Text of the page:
It’s been nearly eighty years since a private oil company has landed an offshore stake in Mexican waters. Now, in the nation’s quest to drive foreign interest into its domestic energy industry, a trio of companies have joined forces to begin drilling in Mexican waters.
London’s Premier Oil and the Mexico-based Sierra Oil & Gas are joining with Talos Energy to expand the offshore oil program which will be the largest exploration outside of state driven ventures in decades. Mexico nationalized their oil industry in 1938 and since that time no single company or combination of private entities have taken part in such a large oil exploration project and Talos Energy on Facebook.
The well, named Zama-1, houses upwards of 100 million potential barrels of crude. Rough estimates put the total volume at around 100 – 500 million barrels. Mexico awarded the contract in 2015, giving the trio of companies rights to drill the well. Expected to take around ninety days, the beneficiaries of this generous contract awarded by the Mexican government will have free range to drill at a cost of $16 million, paid by Premier Oil and more information click here.
The larger picture for Mexico is a long-range plan for energy reform. Considering the potential returns and high probability of success, the Zama-1 drilling project will be of keen interest to Mexican officials hoping to spark international competition in its energy market and learn more about Talos Energy.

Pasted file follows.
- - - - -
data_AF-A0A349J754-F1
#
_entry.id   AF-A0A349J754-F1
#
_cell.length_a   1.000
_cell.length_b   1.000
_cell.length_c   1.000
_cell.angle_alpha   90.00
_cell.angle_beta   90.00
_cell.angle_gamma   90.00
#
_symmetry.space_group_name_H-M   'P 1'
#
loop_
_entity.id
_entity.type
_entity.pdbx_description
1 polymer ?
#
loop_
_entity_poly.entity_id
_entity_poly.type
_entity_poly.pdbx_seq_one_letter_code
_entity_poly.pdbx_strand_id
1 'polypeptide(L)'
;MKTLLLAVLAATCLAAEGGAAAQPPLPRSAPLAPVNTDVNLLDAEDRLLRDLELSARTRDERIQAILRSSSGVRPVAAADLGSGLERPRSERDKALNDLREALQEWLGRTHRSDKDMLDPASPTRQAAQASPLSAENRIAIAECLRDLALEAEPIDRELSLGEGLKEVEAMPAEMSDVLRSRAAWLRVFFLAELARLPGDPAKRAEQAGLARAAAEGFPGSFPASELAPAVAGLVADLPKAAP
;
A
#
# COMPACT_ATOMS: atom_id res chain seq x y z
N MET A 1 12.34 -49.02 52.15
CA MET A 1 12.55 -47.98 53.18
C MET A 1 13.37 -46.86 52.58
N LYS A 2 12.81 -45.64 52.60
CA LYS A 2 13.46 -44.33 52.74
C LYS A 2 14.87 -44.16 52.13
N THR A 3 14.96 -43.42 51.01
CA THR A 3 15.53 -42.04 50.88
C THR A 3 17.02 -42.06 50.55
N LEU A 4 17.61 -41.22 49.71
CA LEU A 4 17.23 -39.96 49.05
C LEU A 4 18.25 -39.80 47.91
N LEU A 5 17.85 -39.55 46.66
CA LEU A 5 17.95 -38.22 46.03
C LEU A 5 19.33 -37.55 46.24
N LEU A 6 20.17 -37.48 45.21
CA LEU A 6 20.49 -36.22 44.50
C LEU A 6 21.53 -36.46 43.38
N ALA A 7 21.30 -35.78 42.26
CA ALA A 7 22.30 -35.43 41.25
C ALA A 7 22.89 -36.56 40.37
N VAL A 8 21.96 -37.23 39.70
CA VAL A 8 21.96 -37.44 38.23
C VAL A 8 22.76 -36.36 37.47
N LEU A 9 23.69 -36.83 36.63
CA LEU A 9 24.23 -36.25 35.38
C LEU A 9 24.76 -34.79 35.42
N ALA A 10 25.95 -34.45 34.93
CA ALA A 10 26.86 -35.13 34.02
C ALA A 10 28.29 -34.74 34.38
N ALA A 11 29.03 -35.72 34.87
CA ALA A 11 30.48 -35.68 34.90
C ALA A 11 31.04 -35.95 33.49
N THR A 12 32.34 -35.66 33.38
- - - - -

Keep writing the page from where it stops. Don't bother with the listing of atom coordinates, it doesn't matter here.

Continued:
Talos Energy, owner of 35% stake in the project, operates the well. Mexican-based Sierra Oil & Gas holds the largest share in the venture at 45% with Premier owning 25%. Talos Energy, based in Houston, Texas, already has a steady presence in the Gulf Coast and is looking to expand its influence in the Mexican oil market and their Website.
Talos Energy was the first foreign oil company to operate in Mexico since 1938, agreeing to two contacts with the Mexican government in 2013 after Mexico elected to open its oil industry to reform. Considered one of the best small businesses in the area, Talos Energy looks to expand their influence through profitable Mexican oil production sharing contracts.
Despite being considered a small company, Talos Energy relishes the big work and finds value in their small size. Talos believes that the personal touch of a small company gives them a distinct advantage and a chance to make a larger impact and http://www.reuters.com/article/mexico-oil-idUSL2N0ZX29420150717.